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Diss Factsheets

Environmental fate & pathways

Endpoint summary

Administrative data

Description of key information

Additional information

General discussion of environmental fate and pathways:

This chemical safety report characterizes the hazards and risks associated with the use ofamides, C16-18(even-numbered) and C18-unsatd., N,N-bis(hydroxyethyl),a diethanolamine-derived fatty acid alkanolamide (“DEA-FAA”) in which fatty acids are bound to diethanolamine (DEA) by an amide bond.The alkyl chain length typically ranges between 16 and 18 carbon atoms.

Grouping hypothesis and justification of read-across adopted

Data for amides, C16-18(even-numbered) and C18 -unsatd., N,N-bis(hydroxyethyl) has been supplemented with safety data from structurally similar fatty acid alkanolamides based on the read-across approach of grouping substances (category approach) and from supporting substances (structural analogue or surrogate) using data from the following DEA-FAA substances:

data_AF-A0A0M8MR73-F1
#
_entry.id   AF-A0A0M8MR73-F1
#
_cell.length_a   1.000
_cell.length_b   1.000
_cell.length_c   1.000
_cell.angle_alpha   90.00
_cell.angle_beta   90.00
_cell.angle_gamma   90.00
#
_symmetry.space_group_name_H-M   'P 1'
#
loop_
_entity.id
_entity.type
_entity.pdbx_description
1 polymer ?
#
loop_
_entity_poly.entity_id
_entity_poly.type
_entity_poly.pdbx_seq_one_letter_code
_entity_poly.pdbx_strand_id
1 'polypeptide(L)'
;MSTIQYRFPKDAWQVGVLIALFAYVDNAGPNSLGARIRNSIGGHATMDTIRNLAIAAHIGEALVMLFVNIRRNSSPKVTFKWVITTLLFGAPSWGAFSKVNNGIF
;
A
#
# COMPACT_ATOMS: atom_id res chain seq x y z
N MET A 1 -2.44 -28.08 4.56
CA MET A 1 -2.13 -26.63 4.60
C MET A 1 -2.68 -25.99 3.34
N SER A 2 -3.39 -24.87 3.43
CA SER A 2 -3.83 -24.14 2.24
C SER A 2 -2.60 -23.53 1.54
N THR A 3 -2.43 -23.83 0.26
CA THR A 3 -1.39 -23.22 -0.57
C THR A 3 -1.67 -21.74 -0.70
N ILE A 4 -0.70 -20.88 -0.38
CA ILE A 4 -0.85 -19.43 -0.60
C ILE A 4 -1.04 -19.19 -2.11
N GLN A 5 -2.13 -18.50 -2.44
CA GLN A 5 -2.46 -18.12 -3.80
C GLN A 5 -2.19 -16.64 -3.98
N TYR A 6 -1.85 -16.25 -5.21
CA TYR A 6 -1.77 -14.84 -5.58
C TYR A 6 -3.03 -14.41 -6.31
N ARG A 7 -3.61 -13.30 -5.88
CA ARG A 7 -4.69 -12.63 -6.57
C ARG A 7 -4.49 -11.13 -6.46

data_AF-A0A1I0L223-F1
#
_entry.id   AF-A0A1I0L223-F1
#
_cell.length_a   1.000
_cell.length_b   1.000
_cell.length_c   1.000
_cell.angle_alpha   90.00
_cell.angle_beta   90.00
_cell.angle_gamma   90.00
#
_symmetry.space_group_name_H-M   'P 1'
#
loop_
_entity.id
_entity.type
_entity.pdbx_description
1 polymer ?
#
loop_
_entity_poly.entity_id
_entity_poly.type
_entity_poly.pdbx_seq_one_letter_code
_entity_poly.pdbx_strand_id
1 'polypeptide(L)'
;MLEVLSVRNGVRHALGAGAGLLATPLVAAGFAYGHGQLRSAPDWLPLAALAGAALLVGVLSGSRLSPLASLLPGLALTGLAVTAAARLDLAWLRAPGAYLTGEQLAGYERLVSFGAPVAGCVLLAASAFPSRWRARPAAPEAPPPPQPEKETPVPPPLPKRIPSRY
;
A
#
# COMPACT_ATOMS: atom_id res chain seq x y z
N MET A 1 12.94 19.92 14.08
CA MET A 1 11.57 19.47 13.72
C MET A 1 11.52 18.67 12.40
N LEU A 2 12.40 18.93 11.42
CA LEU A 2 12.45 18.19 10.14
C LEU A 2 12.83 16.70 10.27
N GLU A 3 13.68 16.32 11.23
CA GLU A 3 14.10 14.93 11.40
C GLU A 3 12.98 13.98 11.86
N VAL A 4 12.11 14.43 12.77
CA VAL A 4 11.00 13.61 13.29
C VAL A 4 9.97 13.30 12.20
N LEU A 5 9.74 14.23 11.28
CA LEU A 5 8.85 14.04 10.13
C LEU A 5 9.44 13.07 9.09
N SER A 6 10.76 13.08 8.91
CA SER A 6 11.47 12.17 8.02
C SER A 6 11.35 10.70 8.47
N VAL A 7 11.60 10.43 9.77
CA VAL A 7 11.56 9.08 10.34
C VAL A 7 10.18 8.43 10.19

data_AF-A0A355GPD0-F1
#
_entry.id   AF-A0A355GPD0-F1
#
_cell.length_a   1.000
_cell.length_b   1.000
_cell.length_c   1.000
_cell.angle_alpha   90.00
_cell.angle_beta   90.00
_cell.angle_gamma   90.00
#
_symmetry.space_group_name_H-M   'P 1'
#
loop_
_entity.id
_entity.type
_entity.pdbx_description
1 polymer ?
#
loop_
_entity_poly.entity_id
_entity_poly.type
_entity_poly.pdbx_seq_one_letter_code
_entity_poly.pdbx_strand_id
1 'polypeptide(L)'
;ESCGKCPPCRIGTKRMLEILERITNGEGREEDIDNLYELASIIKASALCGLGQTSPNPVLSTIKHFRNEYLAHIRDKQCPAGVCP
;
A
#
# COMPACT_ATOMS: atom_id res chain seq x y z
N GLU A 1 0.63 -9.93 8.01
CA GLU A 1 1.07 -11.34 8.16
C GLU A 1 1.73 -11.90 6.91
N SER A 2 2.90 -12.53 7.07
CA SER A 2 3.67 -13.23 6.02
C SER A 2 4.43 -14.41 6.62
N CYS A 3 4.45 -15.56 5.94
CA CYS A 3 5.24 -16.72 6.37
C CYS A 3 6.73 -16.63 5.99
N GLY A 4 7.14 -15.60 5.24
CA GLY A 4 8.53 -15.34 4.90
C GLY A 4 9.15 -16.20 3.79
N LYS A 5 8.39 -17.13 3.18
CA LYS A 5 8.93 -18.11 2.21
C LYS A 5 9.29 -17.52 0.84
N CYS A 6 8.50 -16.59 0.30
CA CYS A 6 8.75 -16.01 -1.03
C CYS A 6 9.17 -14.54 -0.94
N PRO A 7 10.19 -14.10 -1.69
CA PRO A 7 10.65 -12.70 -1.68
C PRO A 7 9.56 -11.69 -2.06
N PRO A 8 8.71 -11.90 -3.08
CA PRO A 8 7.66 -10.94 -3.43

• Amides, C8-18(even-numbered) and C18-unsatd., N,N-bis(hydroxyethyl) also called amides, C8-18 and C18-unsatd., N,N-bis(hydroxyethyl)
  • Amides, C12-18(even-numbered) and C18 -unsatd., N,N-bis(hydroxyethyl) also called amides, C12-18 and C18 -unsatd., N,N-bis(hydroxyethyl)
  • Lauric acid diethanolamine condensate (LDEA, CAS No. 120-40-1)
  • Amides, C18-unsatd., N,N-bis(hydroxyethyl)

The grouping hypothesis and therefore the read-across approach adopted are based on the following characteristics of DEA-derived FAA substance:

  • DEA-derived FAA substances all share a common functional group (i.e., fatty acid alkanolamide) and constituents, with only variable carbon range numbers, i.e., the basic structure and functional groups are the same.
  • DEA-derived FAA substances all have common constituents, i.e., incremental and constant change across the category relating to the physical-chemical properties (e.g., melting/boiling point; Kow; Koc; water solubility; environmental distribution characteristics).

The use of data from the “DEA-FAA” category is justified due to structural similarities as indicated by a common functional group (i. e., fatty acid alkanolmide) and comparable fate properties: DEA-FAA are all readily biodegradable and expected to degrade by the same pathways involving omega- and beta oxidation finally leading to complete mineralization.

The structural similarity of “DEA-FAA” results in similar physico-chemical properties such as water solubility and octanol-water partition coefficient as well as similar expected biodegradation pathways.